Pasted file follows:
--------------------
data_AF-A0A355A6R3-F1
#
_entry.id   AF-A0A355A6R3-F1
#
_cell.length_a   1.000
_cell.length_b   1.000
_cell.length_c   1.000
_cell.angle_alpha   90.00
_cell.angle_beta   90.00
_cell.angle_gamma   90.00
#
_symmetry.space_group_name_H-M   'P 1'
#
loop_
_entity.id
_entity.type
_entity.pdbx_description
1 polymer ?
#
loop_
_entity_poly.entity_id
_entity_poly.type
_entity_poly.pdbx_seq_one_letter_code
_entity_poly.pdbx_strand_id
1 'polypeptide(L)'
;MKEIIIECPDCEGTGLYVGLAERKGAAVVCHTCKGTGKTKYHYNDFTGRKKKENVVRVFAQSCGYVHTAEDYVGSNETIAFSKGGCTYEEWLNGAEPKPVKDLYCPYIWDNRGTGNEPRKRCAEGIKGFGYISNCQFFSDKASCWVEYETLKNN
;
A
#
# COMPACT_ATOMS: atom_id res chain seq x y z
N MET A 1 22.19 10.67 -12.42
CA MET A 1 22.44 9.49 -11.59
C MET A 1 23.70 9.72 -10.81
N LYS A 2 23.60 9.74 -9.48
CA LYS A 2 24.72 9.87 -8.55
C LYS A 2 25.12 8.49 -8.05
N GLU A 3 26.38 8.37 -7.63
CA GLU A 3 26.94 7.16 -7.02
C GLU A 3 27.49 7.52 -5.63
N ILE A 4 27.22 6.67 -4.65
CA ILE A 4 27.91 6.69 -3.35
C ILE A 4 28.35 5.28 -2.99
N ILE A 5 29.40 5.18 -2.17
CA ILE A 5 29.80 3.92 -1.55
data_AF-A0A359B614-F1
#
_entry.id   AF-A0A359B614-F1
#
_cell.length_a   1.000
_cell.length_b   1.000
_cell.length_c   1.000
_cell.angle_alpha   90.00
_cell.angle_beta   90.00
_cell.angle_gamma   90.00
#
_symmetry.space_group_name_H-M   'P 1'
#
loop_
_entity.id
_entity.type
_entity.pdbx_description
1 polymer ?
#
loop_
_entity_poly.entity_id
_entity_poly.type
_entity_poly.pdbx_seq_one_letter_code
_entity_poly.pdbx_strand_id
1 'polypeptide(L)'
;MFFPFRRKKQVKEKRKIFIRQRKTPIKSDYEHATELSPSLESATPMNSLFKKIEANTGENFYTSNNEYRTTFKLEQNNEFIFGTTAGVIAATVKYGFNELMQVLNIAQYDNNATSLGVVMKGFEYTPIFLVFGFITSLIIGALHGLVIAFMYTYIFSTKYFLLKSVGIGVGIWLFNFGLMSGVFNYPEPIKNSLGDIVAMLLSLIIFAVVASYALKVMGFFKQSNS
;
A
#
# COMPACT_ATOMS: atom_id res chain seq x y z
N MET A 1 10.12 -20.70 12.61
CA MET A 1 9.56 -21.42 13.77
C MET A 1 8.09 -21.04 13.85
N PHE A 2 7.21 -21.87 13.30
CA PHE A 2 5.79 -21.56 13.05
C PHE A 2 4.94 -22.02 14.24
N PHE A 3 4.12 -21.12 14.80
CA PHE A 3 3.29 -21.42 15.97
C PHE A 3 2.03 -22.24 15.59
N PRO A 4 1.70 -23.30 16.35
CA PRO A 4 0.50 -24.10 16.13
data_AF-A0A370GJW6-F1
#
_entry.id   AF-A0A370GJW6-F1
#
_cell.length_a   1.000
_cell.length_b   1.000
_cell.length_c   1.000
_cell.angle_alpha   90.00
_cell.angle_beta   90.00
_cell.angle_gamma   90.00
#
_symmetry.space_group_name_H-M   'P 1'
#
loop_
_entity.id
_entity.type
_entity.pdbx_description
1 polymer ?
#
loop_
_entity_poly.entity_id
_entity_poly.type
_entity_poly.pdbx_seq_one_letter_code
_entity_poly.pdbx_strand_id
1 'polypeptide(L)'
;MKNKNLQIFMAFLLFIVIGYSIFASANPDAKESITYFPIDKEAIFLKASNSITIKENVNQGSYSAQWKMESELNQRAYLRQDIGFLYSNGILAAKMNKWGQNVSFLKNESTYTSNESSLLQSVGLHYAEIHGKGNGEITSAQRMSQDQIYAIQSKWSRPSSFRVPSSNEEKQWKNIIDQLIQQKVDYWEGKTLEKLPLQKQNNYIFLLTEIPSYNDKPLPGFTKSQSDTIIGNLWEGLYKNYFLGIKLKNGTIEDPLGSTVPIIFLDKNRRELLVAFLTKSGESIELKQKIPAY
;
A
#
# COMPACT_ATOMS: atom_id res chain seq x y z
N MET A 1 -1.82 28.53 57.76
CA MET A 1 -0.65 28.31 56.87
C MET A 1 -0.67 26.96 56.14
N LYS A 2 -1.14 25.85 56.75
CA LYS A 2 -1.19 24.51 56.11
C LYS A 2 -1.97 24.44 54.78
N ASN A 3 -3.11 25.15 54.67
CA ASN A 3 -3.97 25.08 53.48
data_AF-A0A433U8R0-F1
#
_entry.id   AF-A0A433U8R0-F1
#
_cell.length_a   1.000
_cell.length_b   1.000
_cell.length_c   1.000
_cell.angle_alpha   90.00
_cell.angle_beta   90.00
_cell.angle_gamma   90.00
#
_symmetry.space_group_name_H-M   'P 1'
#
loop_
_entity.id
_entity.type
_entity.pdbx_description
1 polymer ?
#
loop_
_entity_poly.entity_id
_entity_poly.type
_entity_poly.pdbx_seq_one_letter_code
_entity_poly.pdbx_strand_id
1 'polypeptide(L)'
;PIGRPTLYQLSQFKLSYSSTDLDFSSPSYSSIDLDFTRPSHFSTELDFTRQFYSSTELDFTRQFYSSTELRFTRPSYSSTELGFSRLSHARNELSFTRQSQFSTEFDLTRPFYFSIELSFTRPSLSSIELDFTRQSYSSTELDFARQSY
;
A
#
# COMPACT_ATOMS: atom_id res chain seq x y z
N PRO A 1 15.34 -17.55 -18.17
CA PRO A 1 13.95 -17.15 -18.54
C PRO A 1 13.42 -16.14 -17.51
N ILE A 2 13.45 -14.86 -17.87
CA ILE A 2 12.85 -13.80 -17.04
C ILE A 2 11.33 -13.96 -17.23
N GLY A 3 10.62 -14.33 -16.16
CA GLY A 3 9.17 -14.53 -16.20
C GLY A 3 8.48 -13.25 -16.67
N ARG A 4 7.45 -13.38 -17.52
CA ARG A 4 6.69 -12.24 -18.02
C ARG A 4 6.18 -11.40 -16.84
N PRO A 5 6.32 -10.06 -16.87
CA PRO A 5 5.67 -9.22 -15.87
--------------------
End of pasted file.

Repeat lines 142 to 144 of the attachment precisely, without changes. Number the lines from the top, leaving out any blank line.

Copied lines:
#
loop_
_entity_poly.entity_id